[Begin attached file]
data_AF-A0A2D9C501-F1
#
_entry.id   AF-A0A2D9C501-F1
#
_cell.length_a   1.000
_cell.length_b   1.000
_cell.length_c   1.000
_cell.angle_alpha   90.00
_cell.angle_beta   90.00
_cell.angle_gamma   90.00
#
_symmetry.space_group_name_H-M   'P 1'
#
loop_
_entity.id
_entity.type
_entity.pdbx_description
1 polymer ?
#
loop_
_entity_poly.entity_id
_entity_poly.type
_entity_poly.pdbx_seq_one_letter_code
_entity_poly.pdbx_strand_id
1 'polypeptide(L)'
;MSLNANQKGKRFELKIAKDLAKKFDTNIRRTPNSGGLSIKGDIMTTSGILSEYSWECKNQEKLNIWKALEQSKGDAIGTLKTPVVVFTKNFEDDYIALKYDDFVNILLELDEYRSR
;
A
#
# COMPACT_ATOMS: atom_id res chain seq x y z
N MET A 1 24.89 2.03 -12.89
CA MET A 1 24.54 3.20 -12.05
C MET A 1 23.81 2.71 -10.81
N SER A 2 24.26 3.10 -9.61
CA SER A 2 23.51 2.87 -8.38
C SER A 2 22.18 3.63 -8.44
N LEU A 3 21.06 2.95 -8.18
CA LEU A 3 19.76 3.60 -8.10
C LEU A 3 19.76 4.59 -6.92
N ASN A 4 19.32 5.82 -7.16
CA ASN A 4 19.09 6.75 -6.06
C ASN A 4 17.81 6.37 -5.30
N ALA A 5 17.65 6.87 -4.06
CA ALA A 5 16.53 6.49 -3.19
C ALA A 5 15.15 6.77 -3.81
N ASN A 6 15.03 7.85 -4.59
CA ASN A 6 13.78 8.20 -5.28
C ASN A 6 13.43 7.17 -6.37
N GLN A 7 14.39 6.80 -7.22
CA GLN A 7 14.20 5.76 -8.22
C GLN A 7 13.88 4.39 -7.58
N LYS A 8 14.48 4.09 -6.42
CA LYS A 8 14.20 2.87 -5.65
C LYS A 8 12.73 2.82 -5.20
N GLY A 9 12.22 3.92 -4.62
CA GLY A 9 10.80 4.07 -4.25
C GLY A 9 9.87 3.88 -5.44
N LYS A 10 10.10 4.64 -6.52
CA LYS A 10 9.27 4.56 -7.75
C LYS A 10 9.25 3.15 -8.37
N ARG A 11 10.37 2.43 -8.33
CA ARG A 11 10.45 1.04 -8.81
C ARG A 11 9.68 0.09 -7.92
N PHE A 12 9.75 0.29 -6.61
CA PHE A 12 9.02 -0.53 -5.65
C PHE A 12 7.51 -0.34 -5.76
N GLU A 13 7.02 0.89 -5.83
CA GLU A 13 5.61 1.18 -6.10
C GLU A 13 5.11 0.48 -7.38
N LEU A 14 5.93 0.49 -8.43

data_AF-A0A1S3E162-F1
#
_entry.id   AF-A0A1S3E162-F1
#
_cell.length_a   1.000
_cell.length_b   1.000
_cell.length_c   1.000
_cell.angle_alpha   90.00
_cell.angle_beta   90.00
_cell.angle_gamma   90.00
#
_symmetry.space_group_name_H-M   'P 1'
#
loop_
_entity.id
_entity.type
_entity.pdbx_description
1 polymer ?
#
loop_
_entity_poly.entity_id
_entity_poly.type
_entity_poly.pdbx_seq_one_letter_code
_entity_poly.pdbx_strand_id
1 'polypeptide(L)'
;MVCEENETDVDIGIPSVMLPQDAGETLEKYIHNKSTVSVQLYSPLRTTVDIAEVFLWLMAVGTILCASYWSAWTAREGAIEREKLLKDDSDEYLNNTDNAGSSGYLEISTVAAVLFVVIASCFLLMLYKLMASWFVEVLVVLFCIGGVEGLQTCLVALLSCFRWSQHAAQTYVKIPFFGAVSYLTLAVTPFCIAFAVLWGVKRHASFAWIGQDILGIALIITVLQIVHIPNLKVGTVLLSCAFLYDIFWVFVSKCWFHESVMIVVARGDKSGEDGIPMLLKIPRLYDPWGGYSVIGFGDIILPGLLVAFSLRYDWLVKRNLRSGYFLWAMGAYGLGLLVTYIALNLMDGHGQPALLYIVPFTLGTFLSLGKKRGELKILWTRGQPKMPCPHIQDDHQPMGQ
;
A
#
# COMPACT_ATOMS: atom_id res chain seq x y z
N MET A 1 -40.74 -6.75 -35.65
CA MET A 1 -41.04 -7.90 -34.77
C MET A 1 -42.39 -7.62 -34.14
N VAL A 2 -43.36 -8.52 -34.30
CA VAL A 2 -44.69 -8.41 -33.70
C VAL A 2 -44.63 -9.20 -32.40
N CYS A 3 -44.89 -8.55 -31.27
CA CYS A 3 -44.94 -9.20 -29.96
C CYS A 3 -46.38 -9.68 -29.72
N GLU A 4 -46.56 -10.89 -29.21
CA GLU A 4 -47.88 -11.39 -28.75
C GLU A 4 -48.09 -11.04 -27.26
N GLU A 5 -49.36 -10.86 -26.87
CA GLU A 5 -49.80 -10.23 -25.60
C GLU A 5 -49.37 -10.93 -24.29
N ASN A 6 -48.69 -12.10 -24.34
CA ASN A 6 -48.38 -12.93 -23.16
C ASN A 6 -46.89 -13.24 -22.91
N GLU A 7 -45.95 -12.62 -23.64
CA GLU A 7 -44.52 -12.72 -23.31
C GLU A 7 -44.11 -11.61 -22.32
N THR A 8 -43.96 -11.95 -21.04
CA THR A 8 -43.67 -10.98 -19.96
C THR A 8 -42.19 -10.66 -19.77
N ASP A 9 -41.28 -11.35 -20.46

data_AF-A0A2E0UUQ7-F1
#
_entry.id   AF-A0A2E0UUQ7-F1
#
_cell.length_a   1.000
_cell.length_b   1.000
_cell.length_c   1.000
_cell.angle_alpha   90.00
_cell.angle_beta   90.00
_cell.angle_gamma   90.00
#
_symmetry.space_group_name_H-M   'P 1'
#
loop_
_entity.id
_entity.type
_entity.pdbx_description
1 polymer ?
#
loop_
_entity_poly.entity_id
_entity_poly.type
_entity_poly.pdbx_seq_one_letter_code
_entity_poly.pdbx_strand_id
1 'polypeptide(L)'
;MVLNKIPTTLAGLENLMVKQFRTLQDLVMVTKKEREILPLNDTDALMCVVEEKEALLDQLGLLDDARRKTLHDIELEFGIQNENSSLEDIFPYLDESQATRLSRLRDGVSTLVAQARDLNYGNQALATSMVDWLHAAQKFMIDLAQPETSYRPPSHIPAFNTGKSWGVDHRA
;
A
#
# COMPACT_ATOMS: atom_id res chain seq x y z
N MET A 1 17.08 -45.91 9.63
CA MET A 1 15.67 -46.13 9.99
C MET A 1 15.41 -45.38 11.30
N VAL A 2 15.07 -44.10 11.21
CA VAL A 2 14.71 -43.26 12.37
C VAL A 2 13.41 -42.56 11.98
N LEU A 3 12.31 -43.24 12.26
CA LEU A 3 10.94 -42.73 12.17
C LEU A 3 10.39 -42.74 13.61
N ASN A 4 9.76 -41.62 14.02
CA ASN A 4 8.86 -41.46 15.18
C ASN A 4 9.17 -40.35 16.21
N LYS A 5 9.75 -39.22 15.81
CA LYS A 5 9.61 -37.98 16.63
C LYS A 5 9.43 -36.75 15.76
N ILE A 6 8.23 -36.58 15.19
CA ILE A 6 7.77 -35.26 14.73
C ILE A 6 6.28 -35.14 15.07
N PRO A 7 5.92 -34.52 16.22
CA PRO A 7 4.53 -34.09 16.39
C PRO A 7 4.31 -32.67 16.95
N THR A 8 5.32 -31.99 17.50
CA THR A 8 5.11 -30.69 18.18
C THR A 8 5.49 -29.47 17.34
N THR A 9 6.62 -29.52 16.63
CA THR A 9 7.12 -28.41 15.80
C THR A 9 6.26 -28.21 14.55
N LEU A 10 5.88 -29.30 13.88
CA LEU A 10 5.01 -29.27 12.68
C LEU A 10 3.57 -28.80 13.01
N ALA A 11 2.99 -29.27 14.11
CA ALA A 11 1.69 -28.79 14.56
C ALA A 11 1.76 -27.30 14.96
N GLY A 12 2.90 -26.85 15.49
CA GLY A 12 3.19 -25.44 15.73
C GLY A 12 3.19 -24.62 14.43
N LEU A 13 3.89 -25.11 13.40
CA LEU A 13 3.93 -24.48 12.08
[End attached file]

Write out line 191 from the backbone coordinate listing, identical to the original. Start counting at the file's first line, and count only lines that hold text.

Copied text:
C GLY A 12 3.19 -24.62 14.43